Limits on Income While Receiving Social Security Benefits

by Jane Amar ; Updated July 27, 2017
Social Security beneficiaries counting on other income may discover that such income reduces their Social Security benefits.

Social Security provides monthly income to 50.7 million beneficiaries, including over 7.2 million disabled recipients. Historically, Social Security was designed to replace earnings lost due to disability and retirement. Social Security benefits are not limited to those with low incomes. However, the Social Security Act does contain provisions that offset benefits when recipients receive other income or benefits that duplicate the purpose of Social Security benefits.

Retirement Earnings Test

Full retirement age is currently age 66 for workers born in 1943 through 1954; 66 and some months for those born between 1955 and 1960; and 67 for those born in 1960 and later. Once you reach full retirement age, wages or net profits from self-employment do not affect Social Security benefits. However, Social Security imposes earnings limits on workers who retire earlier.

Beginning with the earliest year of possible retirement at age 62, Social Security deducts $1 for every $2 earned over the limit, which is $14,640 in 2012. A special rule applies in the first retirement year. For example, a worker turning age 62 in July may have already earned over $14,160. For one year only, the retiree receives benefits for only months in which gross earnings do not exceed $1,220. Monthly tests do not apply after the first year. The earnings limit changes to $38,880 in the year the retiree reaches full retirement age. Earnings affect only the months prior to her birthday. For example, a worker who turns 66 in July can have gross earnings of $38,880 January through June and still receive all benefits beginning in July. The Social Security Administration deducts $1 for every $3 earned above the limit from benefits due for the first six months of the year.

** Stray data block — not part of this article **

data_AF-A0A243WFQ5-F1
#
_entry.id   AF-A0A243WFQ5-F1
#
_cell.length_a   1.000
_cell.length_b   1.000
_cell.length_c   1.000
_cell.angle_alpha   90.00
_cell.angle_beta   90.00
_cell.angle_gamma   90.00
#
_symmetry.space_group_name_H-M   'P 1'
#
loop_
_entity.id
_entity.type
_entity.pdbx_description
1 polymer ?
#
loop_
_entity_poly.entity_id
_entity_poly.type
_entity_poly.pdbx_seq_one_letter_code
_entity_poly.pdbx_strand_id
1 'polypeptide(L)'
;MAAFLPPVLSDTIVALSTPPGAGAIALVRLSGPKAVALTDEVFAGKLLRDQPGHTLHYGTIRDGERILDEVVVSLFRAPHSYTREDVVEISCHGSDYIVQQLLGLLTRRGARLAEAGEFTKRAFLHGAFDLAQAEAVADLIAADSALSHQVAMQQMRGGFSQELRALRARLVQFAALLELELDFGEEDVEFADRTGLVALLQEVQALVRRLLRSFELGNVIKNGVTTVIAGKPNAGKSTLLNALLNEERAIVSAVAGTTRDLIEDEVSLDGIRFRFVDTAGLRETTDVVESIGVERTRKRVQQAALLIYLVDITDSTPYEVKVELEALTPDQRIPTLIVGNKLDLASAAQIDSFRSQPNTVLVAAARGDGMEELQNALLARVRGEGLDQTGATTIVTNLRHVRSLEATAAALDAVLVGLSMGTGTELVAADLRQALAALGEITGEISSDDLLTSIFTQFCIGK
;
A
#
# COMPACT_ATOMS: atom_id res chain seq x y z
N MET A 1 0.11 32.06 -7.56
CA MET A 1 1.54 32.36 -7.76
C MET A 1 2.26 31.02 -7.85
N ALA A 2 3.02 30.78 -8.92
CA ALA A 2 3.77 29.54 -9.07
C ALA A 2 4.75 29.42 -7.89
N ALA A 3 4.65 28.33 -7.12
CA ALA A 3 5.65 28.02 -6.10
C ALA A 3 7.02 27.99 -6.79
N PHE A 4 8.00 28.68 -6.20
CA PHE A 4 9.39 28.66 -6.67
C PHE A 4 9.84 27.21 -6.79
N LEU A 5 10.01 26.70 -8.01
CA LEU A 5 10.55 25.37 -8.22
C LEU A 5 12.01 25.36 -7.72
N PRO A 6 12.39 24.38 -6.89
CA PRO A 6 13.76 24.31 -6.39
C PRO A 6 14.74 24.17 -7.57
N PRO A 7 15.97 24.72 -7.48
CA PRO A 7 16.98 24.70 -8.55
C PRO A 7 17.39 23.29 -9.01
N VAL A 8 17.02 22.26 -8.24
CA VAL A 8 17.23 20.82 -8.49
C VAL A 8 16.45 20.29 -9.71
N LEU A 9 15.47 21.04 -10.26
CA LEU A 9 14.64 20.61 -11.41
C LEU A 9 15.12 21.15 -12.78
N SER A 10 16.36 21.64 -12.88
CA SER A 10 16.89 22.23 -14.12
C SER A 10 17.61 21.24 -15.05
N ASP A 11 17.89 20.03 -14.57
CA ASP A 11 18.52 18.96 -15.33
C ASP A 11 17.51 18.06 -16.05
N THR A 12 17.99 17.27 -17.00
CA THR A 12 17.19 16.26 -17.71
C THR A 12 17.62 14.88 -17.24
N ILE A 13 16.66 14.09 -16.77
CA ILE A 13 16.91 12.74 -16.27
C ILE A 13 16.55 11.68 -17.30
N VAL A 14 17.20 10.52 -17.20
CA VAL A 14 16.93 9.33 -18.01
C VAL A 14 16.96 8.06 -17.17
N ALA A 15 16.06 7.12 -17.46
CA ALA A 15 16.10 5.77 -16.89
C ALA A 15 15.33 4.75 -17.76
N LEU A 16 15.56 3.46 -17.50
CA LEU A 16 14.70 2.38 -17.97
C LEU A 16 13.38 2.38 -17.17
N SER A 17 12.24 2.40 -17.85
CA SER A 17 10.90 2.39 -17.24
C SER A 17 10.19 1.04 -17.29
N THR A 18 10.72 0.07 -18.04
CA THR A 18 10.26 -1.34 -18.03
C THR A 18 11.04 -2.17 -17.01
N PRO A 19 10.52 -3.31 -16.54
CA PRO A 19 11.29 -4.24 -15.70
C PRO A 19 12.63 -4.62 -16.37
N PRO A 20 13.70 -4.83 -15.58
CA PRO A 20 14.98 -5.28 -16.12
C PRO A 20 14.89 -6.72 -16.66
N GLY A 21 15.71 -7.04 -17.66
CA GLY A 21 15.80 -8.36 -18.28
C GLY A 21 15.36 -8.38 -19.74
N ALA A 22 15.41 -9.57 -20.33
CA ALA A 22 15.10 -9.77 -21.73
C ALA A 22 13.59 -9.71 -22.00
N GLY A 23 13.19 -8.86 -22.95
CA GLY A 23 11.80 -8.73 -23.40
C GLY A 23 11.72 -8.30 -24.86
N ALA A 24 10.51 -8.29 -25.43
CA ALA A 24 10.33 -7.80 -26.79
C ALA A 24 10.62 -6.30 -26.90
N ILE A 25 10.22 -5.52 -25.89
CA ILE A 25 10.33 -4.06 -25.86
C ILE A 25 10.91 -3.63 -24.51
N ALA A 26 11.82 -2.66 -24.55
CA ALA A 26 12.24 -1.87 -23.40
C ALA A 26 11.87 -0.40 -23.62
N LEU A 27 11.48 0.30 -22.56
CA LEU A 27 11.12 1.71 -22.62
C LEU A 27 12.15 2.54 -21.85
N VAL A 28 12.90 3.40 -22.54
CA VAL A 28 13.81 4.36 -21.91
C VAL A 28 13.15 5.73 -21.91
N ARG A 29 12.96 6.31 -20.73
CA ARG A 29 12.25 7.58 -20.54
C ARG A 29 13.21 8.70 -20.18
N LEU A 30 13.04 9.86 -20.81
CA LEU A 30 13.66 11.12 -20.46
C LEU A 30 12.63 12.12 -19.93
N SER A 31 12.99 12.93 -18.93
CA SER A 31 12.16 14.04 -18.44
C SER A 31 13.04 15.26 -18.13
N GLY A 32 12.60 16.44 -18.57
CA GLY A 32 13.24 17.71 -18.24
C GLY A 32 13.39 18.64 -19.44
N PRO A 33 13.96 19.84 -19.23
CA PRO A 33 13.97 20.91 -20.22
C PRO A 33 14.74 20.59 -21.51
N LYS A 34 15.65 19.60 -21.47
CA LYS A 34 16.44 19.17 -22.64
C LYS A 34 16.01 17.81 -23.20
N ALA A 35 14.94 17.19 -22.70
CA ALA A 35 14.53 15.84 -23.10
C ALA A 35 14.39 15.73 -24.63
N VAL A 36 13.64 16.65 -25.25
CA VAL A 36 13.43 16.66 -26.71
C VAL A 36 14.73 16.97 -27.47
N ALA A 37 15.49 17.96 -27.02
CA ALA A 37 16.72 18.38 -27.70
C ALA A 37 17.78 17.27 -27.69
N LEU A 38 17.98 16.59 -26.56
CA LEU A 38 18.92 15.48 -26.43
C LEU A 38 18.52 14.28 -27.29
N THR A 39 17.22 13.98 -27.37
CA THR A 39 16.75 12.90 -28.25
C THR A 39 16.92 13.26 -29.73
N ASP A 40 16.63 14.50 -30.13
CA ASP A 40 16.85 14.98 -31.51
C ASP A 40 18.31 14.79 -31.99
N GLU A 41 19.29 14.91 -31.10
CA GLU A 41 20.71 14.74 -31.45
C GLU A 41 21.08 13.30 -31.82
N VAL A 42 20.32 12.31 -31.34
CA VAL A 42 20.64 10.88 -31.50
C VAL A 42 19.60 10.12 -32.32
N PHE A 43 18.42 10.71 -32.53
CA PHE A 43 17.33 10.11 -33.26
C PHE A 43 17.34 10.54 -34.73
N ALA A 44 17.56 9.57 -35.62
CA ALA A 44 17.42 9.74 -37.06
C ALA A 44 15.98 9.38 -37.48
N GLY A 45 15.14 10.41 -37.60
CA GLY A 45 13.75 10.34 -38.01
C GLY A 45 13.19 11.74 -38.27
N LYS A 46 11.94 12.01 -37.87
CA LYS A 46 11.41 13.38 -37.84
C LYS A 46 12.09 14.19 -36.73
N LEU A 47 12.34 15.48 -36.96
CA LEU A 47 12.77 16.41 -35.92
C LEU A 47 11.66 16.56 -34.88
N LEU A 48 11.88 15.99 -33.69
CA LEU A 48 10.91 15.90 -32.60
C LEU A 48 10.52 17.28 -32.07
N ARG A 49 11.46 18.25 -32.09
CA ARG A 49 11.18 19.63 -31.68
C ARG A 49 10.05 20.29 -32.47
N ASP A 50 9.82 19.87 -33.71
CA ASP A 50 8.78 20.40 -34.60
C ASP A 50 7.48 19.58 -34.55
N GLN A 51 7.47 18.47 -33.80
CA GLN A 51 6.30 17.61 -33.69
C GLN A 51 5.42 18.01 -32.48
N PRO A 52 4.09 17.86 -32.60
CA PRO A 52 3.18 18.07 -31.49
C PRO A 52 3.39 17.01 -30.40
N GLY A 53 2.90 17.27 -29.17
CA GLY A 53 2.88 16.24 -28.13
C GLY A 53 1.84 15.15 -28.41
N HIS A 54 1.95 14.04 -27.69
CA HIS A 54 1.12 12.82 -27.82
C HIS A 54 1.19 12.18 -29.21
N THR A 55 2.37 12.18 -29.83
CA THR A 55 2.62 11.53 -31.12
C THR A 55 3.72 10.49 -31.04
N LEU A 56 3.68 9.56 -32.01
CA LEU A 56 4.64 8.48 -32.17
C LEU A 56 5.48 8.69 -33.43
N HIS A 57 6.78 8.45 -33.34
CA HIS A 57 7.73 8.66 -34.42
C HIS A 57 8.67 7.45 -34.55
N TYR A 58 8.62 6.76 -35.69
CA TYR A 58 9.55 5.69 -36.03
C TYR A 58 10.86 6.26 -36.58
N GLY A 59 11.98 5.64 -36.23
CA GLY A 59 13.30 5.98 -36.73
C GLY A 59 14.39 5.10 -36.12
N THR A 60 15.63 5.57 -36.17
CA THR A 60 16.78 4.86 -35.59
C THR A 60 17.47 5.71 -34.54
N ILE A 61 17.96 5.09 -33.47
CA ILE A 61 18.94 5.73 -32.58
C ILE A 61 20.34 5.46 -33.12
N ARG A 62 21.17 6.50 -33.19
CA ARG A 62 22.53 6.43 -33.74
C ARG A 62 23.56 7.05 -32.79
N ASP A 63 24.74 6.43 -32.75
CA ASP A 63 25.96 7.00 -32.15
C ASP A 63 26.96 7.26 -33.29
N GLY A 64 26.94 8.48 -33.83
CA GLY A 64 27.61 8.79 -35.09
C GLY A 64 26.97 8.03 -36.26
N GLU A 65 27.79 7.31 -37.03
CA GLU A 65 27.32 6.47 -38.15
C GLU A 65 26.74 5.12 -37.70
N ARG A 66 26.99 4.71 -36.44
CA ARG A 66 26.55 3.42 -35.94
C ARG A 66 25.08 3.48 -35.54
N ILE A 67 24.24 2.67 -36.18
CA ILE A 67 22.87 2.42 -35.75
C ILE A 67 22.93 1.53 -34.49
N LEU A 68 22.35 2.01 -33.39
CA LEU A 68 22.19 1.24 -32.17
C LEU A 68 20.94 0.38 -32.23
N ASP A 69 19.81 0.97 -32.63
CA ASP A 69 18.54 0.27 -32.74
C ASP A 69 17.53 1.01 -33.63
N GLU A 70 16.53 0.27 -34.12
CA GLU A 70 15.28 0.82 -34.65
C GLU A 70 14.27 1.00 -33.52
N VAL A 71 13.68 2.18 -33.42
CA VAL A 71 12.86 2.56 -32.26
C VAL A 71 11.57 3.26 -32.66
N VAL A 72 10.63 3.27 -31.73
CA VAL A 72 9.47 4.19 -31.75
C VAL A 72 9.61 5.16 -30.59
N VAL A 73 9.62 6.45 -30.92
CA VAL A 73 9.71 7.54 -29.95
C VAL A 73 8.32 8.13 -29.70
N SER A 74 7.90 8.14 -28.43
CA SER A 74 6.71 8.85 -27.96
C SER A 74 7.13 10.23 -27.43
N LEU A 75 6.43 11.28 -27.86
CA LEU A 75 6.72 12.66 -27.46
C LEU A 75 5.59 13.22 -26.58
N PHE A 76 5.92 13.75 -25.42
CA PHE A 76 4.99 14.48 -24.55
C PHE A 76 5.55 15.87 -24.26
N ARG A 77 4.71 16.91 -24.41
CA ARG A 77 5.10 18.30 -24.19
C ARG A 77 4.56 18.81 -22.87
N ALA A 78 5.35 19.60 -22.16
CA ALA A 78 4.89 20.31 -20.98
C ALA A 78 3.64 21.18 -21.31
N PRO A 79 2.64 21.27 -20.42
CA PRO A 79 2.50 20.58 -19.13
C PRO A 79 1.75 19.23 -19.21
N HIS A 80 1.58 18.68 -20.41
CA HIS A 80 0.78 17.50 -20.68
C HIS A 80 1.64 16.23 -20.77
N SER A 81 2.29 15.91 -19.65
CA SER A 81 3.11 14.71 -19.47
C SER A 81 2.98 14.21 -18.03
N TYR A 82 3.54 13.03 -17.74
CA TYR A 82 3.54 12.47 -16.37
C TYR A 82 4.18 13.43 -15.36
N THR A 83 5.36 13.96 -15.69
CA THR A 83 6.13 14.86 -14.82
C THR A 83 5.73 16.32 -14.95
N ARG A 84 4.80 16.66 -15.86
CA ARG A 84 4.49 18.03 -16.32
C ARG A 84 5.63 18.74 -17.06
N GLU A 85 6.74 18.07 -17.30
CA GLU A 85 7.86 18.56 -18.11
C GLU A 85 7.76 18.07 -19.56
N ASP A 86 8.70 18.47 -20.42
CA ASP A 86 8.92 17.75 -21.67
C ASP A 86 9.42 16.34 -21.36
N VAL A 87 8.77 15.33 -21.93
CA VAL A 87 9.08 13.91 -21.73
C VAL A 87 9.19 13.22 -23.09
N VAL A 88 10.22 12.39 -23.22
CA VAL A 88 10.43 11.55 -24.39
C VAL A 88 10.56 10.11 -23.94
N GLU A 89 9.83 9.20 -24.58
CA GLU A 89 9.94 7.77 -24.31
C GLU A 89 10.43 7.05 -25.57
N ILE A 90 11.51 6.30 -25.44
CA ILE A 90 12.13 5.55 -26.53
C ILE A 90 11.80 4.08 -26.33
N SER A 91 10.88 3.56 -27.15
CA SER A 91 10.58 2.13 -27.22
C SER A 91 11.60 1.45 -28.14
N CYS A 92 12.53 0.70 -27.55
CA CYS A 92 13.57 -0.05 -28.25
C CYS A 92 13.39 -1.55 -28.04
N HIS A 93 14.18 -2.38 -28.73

Any amounts that are deducted from full benefits during the early retirement period are added back to the benefits paid after the worker reaches full retirement age.

Workers' Compensation

Workers' compensation benefits for job-related impairments and some state public disability benefits may offset Social Security disability insurance. The offset amount varies with the size of the workers' compensation or public disability benefits and the worker’s highest average earnings. Social Security reduces its benefits so that total income from Social Security Disability Insurance, workers' compensation and public disability benefits do not exceed 80 percent of the worker’s highest year of average earnings. The offset applies even if the workers' compensation is a lump sum settlement. The Social Security Administration converts the lump sum to a monthly rate for offset purposes. However, if the state paying the workers' compensation or public disability benefit deducts Social Security from its benefits, the SSA does not apply an offset. Only 16 states have these reverse-offset rules. States are no longer allowed to enact reverse offset rules for their benefits, effective 1981, due to Public Law 97-35 enacted by Congress. Social Security does not offset any part of the workers' compensation settlement designated for medical or legal costs.

Government Pension Offset

The government pension offset affects individuals who receive Social Security as the spouse, widow, widower or divorced spouse of an individual who receives a government pension. The government pension offset for workers with a pension eligibility date of July 1983 or later is two-thirds of the pension, meaning that Social Security benefits are reduced by two-thirds of the pension benefit.

For example, if a retiree's government pension is $900, and her Social Security benefit is $800, two-thirds of the pension, or $600, reduces the amount of Social Security payable to $200. The offset does not apply to government pensions earned under a system that participated in Social Security, or to government pensions received as the survivor or dependent of a government employee.

About the Author

Jane Amar received a Bachelor of Arts in Spanish language and literature from the University of California in Riverside in 1970. After more than 37 years in government service in management and technical positions, she retired and began her writing career. Since 2007 she has written online content in English and Spanish for profit and nonprofit services and individual entrepreneurs.

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